The One Thing D1 Milano Is Not
DARIO Spallone, the founder of upstart watch brand D1 Milano, has just “turned 26,” according to Martina Zonta, the company’s sales director for Asia Pacific, with whom Calibre spoke with during a visit to Manila. And yet the brand which started as a school project in 2014 — while Spallone was still attending Milan’s Bocconi University — now offers watches in around 500 sales points in Italy (of course), the Middle East (it was a Dubai competition through which capital for the company was raised) and several locations in Asia (where some of the biggest watch markets are). Definitely no small feat for a young company and CEO.
“Dario,” Zonta continues, “had the passion, the willingness to start his own business. And what came out of this was our first watch — the Polycarbon.”
This was in 2015. Since then D1 Milano has expanded its range and reach, and at present counts four collections each made up of numerous models. Following the Polycarbon, which remains the brand’s best-selling, are the Super Slim, Ultra Thin and P701.
The pieces in three of the four collections — Polycarbon, Super Slim and Ultra Thin — are all quartz-fired while the P701 models are spun by automatic movements. All the movements are Japan-made; various components come from several places, including Europe; and the watches are put together in China.
The entry-level pieces are the Polycarbons, which are housed in 40.5-millimeter cases combined with either Polycarbon bracelets or silicone straps, and which have fluorescent hands. There are over 40 combinations that comprise this collection. A step up are the Super Slim pieces, offered in both 36-millimter and 41-millimeter steel cases, and with interchangeable straps — Perlon, leather and Milanese bracelet. Topping the quartz collections are the Ultra Thin models. Coming in 40-millimeter and 38-millimeter cases, the watches belonging in this line look more mature, more luxurious than those from the other two quartz choices. The Ultra Thins are also available in a variety of strap options, including nylon, suede, leather and steel bracelets.
The dozen variations of the P701 watches, for their part, represent D1 Milano’s lunge at serious watch-making. While still identified by the brand’s signature aesthetics, they are the largest among the lot, wearing 41.5-millimeter cases, and with some of them striving for high-horology features, like a skeletonized dial. Just as impressive is that their automatic movements are housed within a case no thicker than 10 millimeters. For its sub $1,000 price segment, this touch is nothing to scoff at.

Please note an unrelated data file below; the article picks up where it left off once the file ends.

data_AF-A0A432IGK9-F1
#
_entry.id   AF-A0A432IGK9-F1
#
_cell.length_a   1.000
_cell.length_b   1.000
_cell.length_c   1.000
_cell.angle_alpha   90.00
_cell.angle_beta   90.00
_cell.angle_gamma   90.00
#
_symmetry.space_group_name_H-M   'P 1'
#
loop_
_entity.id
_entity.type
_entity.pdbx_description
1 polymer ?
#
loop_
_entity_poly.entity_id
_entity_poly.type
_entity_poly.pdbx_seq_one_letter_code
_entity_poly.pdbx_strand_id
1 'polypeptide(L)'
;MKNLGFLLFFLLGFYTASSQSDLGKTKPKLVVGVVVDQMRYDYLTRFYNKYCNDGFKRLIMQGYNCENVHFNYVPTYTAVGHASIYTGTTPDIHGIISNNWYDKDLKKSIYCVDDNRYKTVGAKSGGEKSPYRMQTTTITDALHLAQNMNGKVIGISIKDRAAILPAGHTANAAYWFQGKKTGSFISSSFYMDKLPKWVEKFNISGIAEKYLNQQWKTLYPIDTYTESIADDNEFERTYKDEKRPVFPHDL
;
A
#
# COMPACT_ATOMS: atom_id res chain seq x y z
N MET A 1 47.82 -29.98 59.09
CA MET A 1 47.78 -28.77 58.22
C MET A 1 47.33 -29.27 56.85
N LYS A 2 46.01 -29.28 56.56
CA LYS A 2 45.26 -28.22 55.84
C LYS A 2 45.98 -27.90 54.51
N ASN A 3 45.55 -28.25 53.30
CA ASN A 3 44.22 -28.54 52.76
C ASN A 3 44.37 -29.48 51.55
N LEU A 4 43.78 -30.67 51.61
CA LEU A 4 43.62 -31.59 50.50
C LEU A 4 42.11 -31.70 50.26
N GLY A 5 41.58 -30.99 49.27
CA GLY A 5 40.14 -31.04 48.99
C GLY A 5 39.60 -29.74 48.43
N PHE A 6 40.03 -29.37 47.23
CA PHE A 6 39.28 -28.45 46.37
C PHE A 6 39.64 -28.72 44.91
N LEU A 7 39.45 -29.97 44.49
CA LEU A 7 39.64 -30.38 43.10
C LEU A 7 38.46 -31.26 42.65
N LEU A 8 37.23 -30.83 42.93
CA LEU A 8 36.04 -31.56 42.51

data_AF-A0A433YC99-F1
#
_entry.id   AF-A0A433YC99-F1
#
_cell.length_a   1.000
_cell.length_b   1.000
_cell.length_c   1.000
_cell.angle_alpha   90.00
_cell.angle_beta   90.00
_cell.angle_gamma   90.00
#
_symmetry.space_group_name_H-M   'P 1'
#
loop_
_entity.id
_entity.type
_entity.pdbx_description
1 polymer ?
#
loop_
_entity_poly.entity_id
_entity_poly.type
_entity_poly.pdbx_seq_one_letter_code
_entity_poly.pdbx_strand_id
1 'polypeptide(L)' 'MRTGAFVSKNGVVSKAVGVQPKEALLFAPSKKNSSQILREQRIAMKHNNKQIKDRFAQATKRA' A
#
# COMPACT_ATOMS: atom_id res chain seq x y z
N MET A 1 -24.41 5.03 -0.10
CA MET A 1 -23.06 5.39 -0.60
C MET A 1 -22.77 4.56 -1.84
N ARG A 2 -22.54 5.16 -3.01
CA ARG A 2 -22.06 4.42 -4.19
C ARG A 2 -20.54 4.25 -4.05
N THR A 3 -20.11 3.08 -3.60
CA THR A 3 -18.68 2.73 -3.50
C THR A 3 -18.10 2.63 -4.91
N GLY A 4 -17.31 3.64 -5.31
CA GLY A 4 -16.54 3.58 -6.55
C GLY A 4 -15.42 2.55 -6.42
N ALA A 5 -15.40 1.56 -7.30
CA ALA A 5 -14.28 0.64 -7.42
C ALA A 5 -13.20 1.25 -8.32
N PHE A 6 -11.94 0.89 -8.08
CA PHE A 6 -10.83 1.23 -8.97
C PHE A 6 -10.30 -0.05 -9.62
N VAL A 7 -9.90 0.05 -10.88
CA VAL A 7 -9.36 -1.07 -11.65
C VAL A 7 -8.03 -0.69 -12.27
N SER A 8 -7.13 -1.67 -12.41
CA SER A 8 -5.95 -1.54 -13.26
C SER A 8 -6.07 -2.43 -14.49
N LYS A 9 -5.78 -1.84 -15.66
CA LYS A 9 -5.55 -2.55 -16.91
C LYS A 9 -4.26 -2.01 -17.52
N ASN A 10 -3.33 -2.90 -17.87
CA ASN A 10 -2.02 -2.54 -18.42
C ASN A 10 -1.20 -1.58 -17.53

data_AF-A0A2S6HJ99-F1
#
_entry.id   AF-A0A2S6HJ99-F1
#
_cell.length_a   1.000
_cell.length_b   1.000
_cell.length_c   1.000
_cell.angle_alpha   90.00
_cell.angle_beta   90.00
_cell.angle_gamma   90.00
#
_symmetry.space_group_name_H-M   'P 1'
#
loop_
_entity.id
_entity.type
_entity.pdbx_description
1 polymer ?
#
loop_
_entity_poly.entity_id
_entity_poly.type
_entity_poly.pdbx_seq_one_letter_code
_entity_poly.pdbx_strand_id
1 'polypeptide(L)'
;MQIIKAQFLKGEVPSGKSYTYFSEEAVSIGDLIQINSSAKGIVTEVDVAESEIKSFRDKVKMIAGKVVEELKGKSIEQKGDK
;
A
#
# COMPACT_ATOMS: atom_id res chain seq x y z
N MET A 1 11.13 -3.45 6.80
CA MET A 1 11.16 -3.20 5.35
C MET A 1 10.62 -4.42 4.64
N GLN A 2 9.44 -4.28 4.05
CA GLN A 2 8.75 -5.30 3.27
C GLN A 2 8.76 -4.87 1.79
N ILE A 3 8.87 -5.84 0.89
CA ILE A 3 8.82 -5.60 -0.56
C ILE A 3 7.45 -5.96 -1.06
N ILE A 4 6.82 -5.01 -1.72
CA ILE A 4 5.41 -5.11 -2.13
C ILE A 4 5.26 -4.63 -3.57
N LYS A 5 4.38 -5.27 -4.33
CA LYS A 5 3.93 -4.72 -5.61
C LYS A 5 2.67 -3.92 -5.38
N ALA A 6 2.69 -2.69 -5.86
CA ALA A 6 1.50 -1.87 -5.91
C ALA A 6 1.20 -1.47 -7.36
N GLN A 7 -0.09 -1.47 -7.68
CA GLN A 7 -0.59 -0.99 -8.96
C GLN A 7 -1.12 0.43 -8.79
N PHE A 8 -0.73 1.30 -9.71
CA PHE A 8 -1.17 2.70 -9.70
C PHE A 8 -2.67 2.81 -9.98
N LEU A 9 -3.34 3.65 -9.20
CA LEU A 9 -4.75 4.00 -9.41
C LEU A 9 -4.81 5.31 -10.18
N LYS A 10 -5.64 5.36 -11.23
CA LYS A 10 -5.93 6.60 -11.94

Zonta notes design is actually another of D1 Milano’s strengths, saying people are reminded of luxury when they see the brand’s watches. D1 Milano pitches its design as reminiscent of Italian fashion from the 1970s (which it says is popular again these days), and is defined by simple lines and a focus on details.
“But it’s not just about design. It’s also about the materials. You can feel these are refined watches. The uniqueness of the brand is that we present to people a luxury watch — truly ‘aspirational’ — but which they can still afford,” Zonta says.
Spallone, who Zonta says video-conferences with all the company’s key people in Hong Kong and Dubai every Monday, in a statement declares people who wear D1 Milano do “wear their attitudes.”
“This is a watch that gives people social recognition even if it doesn’t cost $10,000. It’s not about the price,” says the CEO.
Zonta boosts the argument: “We don’t want to sell a watch [while thinking of a certain] price point. What we want to do is to decide on which leather to use, which color, which material.”
Such an approach, she says, has been “well received” by the market. Still, with prices that start at just over $200, it is inevitable that D1 Milano tends to be dismissed by certain sets as mere “fashion watches.”
“We are placed in the market as a fashion brand because of our pricing. . . our prices are for fashion watches,” says Zonta. “But our look is different. And we don’t make clothes or accessories — we only make watches. We are not a fashion brand.”
Turns out this characteristic reflects Spallone’s personality, who Zonta describes as active and one who is not into fashion, but rather is stylish —preferring substance over fad, in other words. She shares the CEO does not want people to buy the company’s watches because they think of him as a brand, but would rather prefer people buy them because of what went into their creation.
“We want consumers to feel that they are wearing something that came from actual people, from someone who comes from somewhere,” Zonta shares.